Remember when then-Texas Governor George W. Bush was running for president and a Boston local television gotcha journalist hit him with a surprise quiz asking him in rapid succession to name the leaders of Chechnya, Taiwan, India and Pakistan?
The Associated Press promptly alerted the nation to the news that Bush “scored only 25 percent” on the quiz. The AP story implied this was somehow an important test of a presidential candidate’s qualifications and quoted an Al Gore aide mocking Bush’s college academic record while claiming that Gore knew all the answers.
“Bush Fails Quiz on Foreign Affairs,” screamed the Washington Post’s headline. “Bush Gets an F in Foreign Affairs” screeched a Salon.com piece written by left-winger David Corn, currently an MSNBC commentator and Obama team cheerleader. The piece declared the pop quiz showed Bush to be “clueless.”
You get the drift. For days Bush was pounded with stories ridiculing him as a dunce who couldn’t pass some basic test that supposedly anyone aspiring to be president should easily ace and Al Gore was all over the news rattling off names of foreign leaders. And the story now and then resurfaced throughout the course of the presidential campaign – and beyond.
Forget that it matters not if a President of the United States does not happen to remember the name of the leader of Chechnya or wherever. That harms nothing -- save, perhaps, the ego the leader with the so easily forgettable name. And everyone knows a President always has some aide handy who can whisper into his ear the correct name. And, of course, there’s always Google.
What does matter here is that the public has become accustomed to such non-consequential gotcha questions being treated as significant news stories. Years before Bush was hit with that silly quiz, other gotcha journalists had used the occasion of nationally televised president candidate debates to surprise candidates with demands they tell the nation the price of a loaf of bread or quart of milk at their local grocery. Supposedly such questioning was to help show just how “in touch” a candidate was. Forget that we do not hire a president to be our designated shopper.
Doesn’t it all make you wonder: Where are the gotcha journalists when their country really needs them?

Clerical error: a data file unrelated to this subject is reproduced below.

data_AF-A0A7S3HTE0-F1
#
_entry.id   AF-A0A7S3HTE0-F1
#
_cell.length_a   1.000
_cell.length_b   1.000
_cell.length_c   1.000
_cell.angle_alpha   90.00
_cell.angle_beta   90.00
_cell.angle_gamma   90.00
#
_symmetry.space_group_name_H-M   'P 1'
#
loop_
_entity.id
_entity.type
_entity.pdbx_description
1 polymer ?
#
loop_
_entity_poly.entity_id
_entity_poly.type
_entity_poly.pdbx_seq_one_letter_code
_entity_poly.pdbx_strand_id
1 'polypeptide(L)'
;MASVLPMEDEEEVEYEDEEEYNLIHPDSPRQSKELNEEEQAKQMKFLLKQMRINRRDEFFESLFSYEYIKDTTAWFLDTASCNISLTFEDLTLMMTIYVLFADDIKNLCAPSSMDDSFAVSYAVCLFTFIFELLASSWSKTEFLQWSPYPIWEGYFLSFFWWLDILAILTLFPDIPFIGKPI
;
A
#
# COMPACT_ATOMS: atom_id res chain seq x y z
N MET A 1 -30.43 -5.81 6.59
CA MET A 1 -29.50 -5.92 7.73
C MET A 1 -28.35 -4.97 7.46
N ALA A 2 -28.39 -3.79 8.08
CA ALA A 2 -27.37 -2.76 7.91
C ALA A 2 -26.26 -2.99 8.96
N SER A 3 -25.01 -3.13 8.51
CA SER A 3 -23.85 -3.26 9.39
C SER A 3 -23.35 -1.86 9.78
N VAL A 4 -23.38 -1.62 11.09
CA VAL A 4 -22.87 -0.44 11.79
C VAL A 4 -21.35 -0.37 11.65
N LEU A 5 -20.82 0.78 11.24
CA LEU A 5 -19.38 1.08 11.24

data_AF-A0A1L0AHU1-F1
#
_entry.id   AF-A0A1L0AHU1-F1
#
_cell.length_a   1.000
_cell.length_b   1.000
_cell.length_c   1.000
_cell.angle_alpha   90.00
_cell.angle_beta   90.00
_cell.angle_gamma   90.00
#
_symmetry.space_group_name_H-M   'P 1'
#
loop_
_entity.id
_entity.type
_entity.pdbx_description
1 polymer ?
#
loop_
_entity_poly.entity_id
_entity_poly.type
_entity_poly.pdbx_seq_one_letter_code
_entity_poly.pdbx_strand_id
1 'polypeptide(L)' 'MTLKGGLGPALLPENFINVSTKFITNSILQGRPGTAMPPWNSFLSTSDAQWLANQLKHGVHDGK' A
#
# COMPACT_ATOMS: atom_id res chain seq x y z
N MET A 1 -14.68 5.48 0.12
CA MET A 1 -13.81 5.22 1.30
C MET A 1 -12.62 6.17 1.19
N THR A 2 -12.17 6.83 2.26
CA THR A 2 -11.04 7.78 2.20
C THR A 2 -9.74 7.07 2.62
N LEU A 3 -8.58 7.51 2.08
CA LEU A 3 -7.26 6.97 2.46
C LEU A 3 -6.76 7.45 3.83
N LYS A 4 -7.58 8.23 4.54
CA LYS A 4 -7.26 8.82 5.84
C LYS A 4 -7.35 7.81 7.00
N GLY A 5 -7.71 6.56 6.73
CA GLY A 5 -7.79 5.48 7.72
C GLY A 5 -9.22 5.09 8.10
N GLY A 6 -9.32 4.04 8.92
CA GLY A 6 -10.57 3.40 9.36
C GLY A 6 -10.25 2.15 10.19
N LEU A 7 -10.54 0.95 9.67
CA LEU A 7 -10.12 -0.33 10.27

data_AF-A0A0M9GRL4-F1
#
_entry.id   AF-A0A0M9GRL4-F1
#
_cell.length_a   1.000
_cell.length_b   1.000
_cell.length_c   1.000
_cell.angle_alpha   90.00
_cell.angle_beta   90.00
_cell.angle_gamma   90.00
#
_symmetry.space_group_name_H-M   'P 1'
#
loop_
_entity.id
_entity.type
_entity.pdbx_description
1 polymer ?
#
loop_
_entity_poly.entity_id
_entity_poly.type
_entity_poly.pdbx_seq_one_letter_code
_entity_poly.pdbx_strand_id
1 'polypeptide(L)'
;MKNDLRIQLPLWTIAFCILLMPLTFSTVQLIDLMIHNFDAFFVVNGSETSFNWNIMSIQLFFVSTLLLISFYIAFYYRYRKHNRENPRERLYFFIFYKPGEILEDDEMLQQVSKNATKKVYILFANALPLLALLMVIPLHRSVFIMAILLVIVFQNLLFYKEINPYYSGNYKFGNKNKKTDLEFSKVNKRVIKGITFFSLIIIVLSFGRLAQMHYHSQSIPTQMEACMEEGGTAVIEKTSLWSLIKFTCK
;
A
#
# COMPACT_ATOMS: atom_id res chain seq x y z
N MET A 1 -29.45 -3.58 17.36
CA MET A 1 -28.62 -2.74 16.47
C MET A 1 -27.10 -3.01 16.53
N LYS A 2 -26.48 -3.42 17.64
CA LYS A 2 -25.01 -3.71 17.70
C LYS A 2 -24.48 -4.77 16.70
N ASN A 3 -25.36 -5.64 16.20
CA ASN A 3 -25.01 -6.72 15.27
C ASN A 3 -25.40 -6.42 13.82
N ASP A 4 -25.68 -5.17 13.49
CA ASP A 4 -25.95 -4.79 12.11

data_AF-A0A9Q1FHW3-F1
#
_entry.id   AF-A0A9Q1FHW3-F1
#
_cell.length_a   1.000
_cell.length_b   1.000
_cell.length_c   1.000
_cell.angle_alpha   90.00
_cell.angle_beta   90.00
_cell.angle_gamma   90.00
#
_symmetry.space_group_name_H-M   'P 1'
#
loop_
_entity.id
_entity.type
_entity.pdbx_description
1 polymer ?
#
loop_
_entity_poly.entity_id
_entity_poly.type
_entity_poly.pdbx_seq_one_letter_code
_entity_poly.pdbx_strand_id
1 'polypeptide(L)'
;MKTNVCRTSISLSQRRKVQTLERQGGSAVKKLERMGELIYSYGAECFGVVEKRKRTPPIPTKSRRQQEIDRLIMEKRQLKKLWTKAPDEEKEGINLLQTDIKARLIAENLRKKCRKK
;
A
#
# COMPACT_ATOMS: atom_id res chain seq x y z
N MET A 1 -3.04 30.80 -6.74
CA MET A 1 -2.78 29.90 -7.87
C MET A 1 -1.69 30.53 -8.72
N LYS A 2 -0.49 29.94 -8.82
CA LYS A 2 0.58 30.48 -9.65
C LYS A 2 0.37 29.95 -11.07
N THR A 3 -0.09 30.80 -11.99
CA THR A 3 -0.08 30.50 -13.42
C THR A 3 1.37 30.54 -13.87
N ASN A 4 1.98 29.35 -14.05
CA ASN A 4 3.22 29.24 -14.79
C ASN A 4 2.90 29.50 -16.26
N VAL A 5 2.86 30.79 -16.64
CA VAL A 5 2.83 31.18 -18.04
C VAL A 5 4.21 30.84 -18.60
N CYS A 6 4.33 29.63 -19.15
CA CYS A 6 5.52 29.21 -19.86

Just imagine all the fun they could be having right now confronting Senate Majority Leader Harry Reid and House Minority Leader Nancy Pelosi – and everyone else who voted for ObamaCare – with a gotcha surprise quiz about the contents of the ObamaCare law.
While it matters not one bit and harms no one in the slightest if a presidential candidate does not know the name of the leader of Chechnya or wherever or the exact price of a loaf of bread or quart of milk, it matters greatly and can potentially harm millions if a Member of Congress votes to make the law of the land provisions that he or she does not understand and/or has not even bothered to read.
So this sort of gotcha quick quiz would deal with something truly serious rather than merely silly. What the results show would be of consequence – information that would help enable the public to make better informed judgments about just how seriously its elected representatives take the responsibility entrusted to them.
Isn’t this a solid reason why the AP, the Washington Post, the New York Times, ABC, CBS, NBC – all the major media – should pursue this? Of course it is. And of course they won’t.
But it would make a great project for FOX News or any conservative media outlet.
Local conservative and/or Tea Party groups across the country could make it a project to confront anyone who voted to inflict ObamaCare upon us with a gotcha quick quiz about its contents – and then disseminate the test results to area media, etc.
Refusal by someone who voted for ObamaCare to take a simple test on what’s in it is in and of itself newsworthy and helps make the point that this whole ObamaCare mess was inflicted upon us by Members of Congress who didn’t know what they were doing and didn’t care that they didn’t know.
And, oh, how about this: At the bottom of any such quick quiz about the contents of the ObamaCare law, it would be appropriate and informative to provide the Senator or Representative who voted for the bill these two options: 1) I assert under penalty of perjury that I read the full final bill; or 2) I decline to answer this question.
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